Objects are concrete, opaque, full of purpose. That is, until their essence or thingness checks its function. Things can be resolvable or remain a source of speculation. In a sense, then, ideas are projected onto the object, but an encounter with things is an event. What makes an object intolerable is that it is a thing and not a thing, simultaneously an object deprived of purpose, indefinable, but still there, exposing an underbelly where forms and words lose clarity and delight in contradictions.

Photo of man and baby
Bikini Kill35 mm Washi F silver gelatin
Image of a family hugging
Sanctuary35 mm Washi F silver gelatin
Young boy with protest sign
Ennui35 mm Washi D, digital print
A group of friends and babies in front of the Houses of Parliament
A Sinking Feeling35 mm Washi F, digital print on rice paper
Mother feeding baby holding protest sign
Invest in the future35 mm Fomapan, digital print
Mother and child at a protest
Well Behaved Women Seldom Make History35 mm Fomapan, digital print
Parents on Parliament Square stroller with protest sign attached
The future won't raise itself35 mm Washi F, digital print
Woman in a witch costume holding a sign Trafalgar Square
A Mother's Right to Work - Established 197535 mm Lady Grey, digital print




8x10 in
Photogram, 35 mm film negative on fibre-based photographic paper, social protest, mother changing nappies
Nappy Change IMarch of the Mummies, Parliament Square, London. 35 mm negatives on fibre-based photographic paper
Photogram dolly dress made from translucent paper, bleached
Dolly PhotogramTranslucent paper on on matte photographic paper
Silk thread embroidery on fibre-based photographic paper
My world became the size of a babySilk thread embroidery on photo emulsion covered translucent paper. The text comes from a short story by Catherine Ballard and Hilary Hackett featured in the Spare Rib Magazine Reader (1984)
Photogram on fibre-based paper, image from silk thread embroidery, washi paper Well Behaved Women Seldom Make History
Well Behaved Women Seldom Make HistorySilk thread embroidery on fibre-based photographic paper. The original words are from an essay by Laurel Thatcher Ulrich (1976) which explores how and why women who act in unconventional ways tend to be remembered.


Darkroom photography


6x4 inches
Chromoskedasic Sabatier silver gelatin print man social protest movement crowds
Chromoskedasic Sabatier silver gelatin print man social protest movement crowds
Untitled II
Chromoskedasic Sabatier silver gelatin print woman in super hero costume social protest movement crowds
Chromoskedasic Sabatier silver gelatin print woman in super hero costume social protest movement crowds
Untitled IV


Darkroom photography - Chromoskedasic painting


5x7 in
Pomegranate from wool fibre, wire, thread and live pomegranate plant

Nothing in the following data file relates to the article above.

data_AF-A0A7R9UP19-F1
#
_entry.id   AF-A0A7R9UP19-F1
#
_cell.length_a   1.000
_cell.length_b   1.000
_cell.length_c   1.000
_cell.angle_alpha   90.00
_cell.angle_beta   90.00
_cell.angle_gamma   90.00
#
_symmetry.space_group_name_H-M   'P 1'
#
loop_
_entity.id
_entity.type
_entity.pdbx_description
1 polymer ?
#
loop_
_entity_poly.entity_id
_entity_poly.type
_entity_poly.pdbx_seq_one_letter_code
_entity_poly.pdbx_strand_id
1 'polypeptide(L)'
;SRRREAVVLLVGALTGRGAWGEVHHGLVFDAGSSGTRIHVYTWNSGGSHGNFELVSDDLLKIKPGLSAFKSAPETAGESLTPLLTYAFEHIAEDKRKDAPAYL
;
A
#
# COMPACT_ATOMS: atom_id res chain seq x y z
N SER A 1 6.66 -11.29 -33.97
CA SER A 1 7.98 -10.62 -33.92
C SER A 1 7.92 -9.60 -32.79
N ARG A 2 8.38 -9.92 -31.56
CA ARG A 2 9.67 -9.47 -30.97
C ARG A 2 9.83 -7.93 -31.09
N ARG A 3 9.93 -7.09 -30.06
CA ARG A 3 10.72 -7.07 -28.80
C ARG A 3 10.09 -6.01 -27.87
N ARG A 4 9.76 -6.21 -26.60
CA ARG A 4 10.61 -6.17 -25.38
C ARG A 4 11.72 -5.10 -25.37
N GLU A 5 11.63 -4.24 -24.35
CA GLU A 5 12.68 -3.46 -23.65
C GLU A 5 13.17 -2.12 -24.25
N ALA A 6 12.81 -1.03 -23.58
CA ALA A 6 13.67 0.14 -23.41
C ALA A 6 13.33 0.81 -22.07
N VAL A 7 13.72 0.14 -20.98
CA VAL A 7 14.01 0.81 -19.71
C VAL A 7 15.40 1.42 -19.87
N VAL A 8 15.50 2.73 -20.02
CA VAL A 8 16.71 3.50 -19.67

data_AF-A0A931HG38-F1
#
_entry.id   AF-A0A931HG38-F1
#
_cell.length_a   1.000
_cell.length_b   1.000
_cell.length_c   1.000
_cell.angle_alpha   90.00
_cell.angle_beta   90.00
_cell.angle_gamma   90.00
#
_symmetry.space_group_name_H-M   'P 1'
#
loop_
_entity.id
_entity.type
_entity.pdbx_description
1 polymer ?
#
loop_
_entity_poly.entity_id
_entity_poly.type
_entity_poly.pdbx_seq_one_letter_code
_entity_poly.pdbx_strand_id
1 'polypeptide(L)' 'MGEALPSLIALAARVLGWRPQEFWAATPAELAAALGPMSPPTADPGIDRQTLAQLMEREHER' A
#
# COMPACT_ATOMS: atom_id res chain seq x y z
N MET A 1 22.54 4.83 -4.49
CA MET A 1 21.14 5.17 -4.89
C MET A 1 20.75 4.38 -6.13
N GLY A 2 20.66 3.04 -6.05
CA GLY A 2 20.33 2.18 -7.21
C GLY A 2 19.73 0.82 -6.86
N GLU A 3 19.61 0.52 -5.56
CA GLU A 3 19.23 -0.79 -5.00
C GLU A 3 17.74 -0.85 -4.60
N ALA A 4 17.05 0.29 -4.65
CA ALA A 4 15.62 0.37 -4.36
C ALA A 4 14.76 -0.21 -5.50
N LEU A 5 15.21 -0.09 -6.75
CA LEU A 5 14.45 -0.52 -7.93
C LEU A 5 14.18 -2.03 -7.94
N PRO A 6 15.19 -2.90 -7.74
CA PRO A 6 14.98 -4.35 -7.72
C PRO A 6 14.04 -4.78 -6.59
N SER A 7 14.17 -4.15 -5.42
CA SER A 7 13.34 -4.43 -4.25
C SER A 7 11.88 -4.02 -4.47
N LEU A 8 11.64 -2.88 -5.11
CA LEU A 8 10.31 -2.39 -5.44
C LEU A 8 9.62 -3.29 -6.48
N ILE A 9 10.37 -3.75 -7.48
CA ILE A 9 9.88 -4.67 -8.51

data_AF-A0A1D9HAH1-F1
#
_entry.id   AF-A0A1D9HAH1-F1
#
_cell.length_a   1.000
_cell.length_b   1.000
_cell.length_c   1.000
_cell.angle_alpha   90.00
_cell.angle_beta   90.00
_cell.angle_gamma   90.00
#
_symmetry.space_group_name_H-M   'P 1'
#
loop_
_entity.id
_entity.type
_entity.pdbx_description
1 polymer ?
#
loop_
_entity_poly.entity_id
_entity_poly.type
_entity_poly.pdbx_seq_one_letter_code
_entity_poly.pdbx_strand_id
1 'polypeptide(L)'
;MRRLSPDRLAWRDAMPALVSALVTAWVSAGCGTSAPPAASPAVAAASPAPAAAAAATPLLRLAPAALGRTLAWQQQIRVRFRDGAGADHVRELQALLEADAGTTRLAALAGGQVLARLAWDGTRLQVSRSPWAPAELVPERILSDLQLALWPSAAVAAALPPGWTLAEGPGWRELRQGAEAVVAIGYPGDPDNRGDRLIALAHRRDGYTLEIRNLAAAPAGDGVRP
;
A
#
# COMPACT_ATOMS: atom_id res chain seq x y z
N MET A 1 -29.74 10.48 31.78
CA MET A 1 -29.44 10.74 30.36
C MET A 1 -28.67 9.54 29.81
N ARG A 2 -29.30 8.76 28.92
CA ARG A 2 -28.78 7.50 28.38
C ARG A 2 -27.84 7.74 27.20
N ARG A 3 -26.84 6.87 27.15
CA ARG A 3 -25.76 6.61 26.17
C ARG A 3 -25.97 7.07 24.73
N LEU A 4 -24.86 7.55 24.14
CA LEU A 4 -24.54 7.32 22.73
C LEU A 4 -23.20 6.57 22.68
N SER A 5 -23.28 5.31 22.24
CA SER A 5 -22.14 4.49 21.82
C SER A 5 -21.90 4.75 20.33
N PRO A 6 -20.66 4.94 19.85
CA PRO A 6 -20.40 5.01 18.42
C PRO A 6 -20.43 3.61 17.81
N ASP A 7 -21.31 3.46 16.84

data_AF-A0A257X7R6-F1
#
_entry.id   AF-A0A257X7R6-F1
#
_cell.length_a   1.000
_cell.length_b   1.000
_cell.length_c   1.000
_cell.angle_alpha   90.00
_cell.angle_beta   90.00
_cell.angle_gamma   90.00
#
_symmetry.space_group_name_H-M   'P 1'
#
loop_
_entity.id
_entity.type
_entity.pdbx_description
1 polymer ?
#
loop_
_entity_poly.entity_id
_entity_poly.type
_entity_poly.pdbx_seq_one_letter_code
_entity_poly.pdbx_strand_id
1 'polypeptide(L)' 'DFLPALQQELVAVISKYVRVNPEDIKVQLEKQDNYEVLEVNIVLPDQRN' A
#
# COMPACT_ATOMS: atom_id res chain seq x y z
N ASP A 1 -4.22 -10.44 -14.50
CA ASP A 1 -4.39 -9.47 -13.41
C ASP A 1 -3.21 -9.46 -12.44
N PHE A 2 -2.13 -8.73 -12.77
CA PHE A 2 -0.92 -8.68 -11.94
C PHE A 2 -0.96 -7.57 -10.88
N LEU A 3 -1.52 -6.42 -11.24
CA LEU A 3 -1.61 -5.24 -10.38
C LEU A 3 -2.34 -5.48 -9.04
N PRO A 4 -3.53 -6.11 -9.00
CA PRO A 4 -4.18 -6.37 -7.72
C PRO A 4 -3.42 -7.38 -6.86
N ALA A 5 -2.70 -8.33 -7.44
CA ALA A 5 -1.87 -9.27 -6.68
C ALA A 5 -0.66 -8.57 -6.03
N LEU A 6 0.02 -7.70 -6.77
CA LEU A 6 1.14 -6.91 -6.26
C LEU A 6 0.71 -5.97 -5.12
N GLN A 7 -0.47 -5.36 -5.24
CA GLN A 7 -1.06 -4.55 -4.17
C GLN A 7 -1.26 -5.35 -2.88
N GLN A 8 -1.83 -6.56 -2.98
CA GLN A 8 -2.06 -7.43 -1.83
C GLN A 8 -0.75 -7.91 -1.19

El ConocimientoWool fibre, wire, thread and live pomegranate plant
Headless baby shape made from papier-mâché in front of a dolly dress made of latex, vintage wooden door and metal slats
Dolly Baby Papier-mâché baby; latex dress
Cleaning glove cast in gypsum and latex rubber detached fingers floating
IndefatigableCleaning glove cast in gypsum, latex rubber
Ostrich egg, mirror, image, protest photo
Half-shellA mirrored image of a protest poster captured by coating an ostrich eggshell in photo emulsion


Egg from eggshells, alginate, wire, thread, palmyra and yellow ostrich feathers
EvaEva is made from ostrich feathers, eggshells and natural bassine bristles
Egg carton, folded, from latex rubber
OvoidsEgg carton made from latex rubber
Egg from paper pulp, aluminium wire, broom ends and thread
Adán Detail of Adam's yolk made of plastic broom bristles, wool thread and aluminium wire
Embossed paper, collograph
Who came first?Embossed collograph on wood


Chicken laying an egg alongside etching of a protest poster
A mother's right to workAquatint, hard ground etching on zinc 6x6 in
Image of cows alongside etching of a protest poster
Don't be a titAquatint, soft ground etching on zinc 6x6 in
Image of family hugging on paper
SanctuarySilkscreen print
Outlines of iron and dolly dresses on paper
Dolly dresses IMonoprint on silkscreen background
Etching of a brain
La MandonaMeaning the boss, or bossy Drypoint etching on plasticised carton


Etching and printmaking
Cotton muslin, embroidery, steel and wool thread, rice paper
Dolores y ConsueloIn Spanish the words for pain (suffering or sorrows) and Consuelo (solace) refer to the Virgin Mary, or Our Lady of Sorrows
Cotton muslin, embroidery, steel and wool thread, rice paper
Encarnación y MilagrosEncarnación (incarnation) refers to the Virgin Mary and the miracle (Milagros) of the immaculate conception
Cotton muslin, embroidery, steel and wool thread, rice paper
Inmaculada y ConcepciónIn Spanish these names refer to the Virgin Mary and the immaculate conception
Cotton muslin, embroidery, steel and wool thread, rice paper
Virginia y PuraCotton muslin, embroidery, steel and wool thread, rice paper knickers